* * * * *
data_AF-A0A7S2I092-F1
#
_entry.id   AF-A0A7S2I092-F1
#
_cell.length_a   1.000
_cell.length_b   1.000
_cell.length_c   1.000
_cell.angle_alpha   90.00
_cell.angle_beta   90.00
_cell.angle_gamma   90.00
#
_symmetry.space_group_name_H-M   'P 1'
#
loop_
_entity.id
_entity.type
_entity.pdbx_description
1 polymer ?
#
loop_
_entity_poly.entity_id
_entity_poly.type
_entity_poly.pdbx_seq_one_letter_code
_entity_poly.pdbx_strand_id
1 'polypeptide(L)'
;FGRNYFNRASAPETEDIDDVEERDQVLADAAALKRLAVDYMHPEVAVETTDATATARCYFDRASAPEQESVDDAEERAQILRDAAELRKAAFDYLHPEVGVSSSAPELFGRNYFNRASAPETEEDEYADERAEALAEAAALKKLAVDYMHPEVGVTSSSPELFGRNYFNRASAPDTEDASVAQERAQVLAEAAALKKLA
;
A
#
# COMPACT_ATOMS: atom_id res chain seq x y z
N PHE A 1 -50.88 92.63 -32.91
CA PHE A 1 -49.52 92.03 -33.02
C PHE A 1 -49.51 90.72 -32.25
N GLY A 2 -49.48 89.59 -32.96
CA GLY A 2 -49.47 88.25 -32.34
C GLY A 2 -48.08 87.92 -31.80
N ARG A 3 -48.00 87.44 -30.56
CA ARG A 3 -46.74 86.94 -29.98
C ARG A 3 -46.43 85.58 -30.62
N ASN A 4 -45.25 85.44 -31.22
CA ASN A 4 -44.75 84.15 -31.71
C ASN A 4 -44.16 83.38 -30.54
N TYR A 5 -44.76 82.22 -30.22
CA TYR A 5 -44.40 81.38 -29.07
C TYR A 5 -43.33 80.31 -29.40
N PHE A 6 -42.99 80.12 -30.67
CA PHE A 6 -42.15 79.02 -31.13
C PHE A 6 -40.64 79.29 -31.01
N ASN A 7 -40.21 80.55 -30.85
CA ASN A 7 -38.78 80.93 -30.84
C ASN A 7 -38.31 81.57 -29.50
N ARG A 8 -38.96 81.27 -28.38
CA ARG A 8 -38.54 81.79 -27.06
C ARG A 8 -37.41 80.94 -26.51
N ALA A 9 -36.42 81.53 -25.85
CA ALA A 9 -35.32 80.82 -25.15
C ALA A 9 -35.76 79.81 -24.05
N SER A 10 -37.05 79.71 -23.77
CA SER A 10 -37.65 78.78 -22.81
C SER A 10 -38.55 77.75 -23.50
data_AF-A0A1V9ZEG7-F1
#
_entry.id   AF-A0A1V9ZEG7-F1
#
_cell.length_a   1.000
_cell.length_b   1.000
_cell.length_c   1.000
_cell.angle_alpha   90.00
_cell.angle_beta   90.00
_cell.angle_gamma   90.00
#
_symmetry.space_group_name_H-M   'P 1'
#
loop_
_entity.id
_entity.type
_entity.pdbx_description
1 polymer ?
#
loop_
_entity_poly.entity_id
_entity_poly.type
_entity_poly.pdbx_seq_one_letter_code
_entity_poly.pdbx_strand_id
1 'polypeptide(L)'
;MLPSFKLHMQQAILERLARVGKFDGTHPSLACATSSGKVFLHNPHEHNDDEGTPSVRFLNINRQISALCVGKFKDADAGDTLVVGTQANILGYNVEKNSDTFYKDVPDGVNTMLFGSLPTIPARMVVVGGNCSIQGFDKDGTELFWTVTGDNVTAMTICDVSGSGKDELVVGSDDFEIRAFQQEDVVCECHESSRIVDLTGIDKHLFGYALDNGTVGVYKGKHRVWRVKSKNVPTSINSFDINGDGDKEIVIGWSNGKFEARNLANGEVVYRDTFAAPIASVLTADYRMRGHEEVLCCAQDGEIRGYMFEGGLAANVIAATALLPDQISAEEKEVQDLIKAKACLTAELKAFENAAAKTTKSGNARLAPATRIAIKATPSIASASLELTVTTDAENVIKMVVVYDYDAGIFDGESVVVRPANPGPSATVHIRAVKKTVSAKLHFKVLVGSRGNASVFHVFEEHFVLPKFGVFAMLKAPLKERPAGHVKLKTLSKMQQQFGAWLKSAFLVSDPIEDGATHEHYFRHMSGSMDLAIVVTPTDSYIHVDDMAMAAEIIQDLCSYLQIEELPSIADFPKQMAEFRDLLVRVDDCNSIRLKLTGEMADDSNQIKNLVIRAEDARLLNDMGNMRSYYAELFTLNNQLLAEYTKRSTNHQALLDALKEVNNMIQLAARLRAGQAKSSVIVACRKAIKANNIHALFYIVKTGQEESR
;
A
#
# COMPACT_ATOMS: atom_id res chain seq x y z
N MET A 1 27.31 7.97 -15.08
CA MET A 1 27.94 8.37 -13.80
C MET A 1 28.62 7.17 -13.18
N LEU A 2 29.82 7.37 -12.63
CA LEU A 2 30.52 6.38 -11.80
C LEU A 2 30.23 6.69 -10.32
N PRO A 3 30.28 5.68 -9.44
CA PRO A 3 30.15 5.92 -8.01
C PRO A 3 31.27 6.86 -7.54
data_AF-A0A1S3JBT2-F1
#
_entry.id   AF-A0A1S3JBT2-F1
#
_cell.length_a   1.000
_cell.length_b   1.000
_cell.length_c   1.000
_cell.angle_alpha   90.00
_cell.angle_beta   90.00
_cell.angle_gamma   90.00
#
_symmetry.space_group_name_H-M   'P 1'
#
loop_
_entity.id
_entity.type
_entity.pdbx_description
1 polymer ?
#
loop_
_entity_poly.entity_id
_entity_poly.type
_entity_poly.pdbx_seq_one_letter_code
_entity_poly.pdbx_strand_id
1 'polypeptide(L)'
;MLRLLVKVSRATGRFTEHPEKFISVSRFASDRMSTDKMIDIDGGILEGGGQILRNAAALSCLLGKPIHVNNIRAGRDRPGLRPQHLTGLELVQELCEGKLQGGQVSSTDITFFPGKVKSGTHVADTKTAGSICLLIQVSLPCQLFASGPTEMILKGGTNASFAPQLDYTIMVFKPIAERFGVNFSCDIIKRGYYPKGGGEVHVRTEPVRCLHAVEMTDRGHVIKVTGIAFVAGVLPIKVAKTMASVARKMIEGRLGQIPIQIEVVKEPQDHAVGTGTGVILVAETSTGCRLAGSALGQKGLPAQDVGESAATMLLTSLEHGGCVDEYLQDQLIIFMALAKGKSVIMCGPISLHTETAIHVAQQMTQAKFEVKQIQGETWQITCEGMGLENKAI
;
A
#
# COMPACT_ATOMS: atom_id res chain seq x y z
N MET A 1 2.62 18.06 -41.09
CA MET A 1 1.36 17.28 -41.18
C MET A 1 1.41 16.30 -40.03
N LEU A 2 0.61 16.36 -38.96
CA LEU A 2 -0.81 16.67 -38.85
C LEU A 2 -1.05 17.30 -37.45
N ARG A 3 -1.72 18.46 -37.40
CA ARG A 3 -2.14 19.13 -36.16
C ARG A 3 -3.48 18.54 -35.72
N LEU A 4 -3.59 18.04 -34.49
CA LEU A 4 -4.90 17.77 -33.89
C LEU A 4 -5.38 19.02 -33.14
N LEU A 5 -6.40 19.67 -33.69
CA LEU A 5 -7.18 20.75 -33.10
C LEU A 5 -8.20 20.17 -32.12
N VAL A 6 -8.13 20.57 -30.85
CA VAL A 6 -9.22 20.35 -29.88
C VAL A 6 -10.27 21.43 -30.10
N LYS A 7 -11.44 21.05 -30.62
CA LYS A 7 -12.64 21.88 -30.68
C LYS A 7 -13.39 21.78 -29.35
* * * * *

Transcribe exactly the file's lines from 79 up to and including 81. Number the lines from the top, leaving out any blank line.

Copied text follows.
#
loop_
_entity_poly.entity_id